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Geffner, A.H. (2003). Introduction. Psychoanal. Perspect., 1(1):43-43.

(2003). Psychoanalytic Perspectives, 1(1):43-43



Amanda Hirsch Geffner, M.A., C.S.W.

The following essay by and interview with James L. Fosshage, Ph.D. is the first of what is planned to be a regular feature of Psychoanalytic Perspectives. Our intention is to provide a unique window into the clinical experience of prominent psychoanalysts and other types of therapists at work. Interviews with researchers and experts in fields related to and informing psychoanalysis will also be featured on occasion. In terms of practice, we seek a greater sense of access to just what it is that makes a given clinician tick, who he or she is personally and professionally, and how that translates into what occurs in the highly individualized environment of the consulting room. The use of an interview format, it is hoped, will provide a greater sense of acquaintance with not only the work and thought of a given interviewee, but also (where applicable) with his or her personal trajectory into our shared, though variably-practiced, profession.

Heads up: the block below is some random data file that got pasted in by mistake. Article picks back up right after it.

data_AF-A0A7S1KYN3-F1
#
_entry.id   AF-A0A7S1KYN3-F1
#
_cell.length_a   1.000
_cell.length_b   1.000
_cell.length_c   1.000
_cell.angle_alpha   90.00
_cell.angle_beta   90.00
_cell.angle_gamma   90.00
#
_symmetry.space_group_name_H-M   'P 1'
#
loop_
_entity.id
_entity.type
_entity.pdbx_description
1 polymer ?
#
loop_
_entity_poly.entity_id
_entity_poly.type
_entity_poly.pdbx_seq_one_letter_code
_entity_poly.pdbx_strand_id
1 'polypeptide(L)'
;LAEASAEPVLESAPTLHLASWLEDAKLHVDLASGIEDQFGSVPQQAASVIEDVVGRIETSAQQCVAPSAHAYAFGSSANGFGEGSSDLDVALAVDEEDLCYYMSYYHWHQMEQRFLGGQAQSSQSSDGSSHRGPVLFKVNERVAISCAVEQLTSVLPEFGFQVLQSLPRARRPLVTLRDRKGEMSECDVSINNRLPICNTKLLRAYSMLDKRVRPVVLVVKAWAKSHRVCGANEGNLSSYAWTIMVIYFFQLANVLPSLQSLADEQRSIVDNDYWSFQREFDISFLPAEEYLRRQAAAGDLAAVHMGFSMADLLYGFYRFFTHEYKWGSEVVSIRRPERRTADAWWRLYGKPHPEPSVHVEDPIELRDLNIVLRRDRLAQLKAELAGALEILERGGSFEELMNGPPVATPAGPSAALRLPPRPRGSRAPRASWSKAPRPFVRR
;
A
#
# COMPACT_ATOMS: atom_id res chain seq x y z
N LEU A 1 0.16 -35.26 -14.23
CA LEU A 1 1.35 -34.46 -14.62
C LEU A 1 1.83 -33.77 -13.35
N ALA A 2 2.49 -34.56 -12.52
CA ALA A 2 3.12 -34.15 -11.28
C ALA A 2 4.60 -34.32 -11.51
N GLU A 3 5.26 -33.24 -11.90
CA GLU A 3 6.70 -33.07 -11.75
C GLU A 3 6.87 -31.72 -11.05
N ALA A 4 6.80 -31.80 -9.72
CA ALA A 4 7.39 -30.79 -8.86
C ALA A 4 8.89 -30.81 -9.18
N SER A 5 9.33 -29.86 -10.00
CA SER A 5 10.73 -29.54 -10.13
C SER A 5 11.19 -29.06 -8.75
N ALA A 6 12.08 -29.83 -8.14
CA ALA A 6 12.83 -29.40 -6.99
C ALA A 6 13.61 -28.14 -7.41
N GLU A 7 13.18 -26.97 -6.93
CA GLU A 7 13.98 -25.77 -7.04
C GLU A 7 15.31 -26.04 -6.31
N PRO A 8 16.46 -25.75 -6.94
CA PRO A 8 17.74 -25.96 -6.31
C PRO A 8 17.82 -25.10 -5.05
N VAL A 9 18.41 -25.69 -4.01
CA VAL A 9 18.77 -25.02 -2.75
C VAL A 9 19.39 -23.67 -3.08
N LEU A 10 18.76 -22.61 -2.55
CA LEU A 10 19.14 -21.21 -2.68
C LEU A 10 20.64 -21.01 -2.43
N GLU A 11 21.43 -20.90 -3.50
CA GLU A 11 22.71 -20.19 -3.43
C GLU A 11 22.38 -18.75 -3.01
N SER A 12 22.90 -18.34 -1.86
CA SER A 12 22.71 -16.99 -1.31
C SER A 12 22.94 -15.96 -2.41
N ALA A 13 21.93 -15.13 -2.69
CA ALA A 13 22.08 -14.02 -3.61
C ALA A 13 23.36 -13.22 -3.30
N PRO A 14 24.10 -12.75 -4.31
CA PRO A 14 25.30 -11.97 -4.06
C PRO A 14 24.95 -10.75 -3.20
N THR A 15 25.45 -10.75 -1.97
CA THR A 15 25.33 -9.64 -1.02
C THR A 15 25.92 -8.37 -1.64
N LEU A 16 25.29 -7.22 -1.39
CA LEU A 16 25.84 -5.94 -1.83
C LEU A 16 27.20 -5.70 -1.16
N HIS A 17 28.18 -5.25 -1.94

The current interview of Dr. Fosshage, by Dan Shaw, C.S.W., begins with an exploration of Fosshage's thoughts on self psychology, the psychoanalytic theory with which he is most identified-locating its' intersection with, as well as its' divergence from, the other analytic schools of thought, and addressing various controversial themes along the way. Then by discussing the vignette presented in his essay, the interview focuses upon the way Fosshage works with patients, the clinical choices he makes and why. This section then leads into a deeper exploration of some of the unique personal qualities that this analyst brings to his work, tracing their origins to aspects of his life experience and illuminating the interrelatedness of his theory, his practice, and his core sense of self.

[This is a summary or excerpt from the full text of the book or article. The full text of the document is available to subscribers.]

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